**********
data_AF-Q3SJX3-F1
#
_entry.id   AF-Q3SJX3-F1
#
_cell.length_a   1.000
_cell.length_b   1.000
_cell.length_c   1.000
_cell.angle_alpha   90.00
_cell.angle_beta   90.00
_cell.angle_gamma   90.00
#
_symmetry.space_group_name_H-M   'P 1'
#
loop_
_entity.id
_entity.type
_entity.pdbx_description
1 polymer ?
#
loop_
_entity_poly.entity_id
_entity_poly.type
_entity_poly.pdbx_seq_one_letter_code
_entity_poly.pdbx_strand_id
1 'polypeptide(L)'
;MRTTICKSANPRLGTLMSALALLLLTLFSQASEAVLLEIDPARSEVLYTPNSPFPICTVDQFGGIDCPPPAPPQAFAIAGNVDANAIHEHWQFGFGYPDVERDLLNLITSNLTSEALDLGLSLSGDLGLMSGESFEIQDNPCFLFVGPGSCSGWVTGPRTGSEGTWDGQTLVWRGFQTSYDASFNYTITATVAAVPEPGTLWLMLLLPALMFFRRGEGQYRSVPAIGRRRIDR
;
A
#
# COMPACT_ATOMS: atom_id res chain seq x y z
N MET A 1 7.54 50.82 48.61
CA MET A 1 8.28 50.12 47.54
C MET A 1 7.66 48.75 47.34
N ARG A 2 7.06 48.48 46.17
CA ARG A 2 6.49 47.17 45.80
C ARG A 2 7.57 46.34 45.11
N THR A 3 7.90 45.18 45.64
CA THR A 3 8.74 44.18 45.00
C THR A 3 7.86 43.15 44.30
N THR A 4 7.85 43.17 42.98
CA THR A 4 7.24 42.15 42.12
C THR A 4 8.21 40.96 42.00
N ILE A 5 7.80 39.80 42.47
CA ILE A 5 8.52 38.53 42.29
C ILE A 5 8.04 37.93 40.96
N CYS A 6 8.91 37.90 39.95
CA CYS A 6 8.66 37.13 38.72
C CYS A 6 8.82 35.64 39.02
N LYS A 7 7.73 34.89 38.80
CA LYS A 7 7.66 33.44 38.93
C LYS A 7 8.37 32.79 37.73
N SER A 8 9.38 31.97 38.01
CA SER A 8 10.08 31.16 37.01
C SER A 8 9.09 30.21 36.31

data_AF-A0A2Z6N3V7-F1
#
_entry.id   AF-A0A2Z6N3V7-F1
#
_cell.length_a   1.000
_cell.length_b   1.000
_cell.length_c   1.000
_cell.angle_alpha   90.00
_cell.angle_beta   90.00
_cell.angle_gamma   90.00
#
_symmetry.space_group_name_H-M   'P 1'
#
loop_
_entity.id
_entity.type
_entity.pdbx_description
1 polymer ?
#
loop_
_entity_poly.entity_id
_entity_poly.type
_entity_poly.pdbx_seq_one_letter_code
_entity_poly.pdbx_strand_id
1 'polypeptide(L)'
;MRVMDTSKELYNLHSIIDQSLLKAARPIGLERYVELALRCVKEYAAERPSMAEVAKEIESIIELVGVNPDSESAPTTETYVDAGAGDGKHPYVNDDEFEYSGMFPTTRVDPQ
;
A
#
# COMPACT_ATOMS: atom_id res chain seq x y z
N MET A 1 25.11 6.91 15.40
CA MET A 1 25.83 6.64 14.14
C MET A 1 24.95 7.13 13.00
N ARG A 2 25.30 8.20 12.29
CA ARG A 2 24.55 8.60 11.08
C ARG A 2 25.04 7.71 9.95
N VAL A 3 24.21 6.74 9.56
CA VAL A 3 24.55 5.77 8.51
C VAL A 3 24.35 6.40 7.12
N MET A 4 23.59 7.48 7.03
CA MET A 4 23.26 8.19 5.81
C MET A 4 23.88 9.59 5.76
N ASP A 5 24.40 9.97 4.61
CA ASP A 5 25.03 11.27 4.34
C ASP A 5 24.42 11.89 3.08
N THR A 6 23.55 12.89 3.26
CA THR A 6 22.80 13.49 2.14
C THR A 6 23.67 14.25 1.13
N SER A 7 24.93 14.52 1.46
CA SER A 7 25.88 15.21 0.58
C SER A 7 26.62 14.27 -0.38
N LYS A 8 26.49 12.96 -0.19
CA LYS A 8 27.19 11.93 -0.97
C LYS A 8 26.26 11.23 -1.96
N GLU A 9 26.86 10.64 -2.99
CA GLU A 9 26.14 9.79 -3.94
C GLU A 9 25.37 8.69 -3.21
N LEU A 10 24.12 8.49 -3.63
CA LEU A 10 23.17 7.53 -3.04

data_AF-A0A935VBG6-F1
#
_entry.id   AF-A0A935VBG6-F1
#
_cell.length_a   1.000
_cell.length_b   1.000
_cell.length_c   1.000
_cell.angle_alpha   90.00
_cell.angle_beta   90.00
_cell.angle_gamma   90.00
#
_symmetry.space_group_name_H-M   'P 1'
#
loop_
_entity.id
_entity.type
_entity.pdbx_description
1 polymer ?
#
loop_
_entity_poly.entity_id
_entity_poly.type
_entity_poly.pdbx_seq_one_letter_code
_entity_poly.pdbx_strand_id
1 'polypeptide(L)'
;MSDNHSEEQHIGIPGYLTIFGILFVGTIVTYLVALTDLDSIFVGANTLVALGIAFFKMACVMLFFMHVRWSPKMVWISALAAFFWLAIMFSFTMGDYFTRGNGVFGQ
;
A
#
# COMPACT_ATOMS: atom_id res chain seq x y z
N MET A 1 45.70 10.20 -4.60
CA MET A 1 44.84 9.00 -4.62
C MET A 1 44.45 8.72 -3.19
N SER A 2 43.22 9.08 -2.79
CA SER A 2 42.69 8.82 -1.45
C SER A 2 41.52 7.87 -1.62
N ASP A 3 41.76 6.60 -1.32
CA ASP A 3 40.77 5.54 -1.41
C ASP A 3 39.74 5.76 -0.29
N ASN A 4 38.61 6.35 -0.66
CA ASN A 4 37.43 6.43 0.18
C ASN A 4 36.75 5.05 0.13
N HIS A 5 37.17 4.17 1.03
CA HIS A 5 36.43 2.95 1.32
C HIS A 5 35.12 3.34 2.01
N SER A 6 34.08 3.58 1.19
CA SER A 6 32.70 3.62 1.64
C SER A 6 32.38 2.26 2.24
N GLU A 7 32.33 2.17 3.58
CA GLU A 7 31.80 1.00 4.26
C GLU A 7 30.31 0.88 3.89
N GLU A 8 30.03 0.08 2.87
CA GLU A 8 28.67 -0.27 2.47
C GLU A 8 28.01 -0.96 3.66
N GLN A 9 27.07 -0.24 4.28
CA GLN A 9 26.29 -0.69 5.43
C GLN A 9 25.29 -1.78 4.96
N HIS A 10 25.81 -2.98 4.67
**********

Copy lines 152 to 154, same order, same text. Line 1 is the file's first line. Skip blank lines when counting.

C ASP A 3 39.74 5.76 -0.29
N ASN A 4 38.61 6.35 -0.66
CA ASN A 4 37.43 6.43 0.18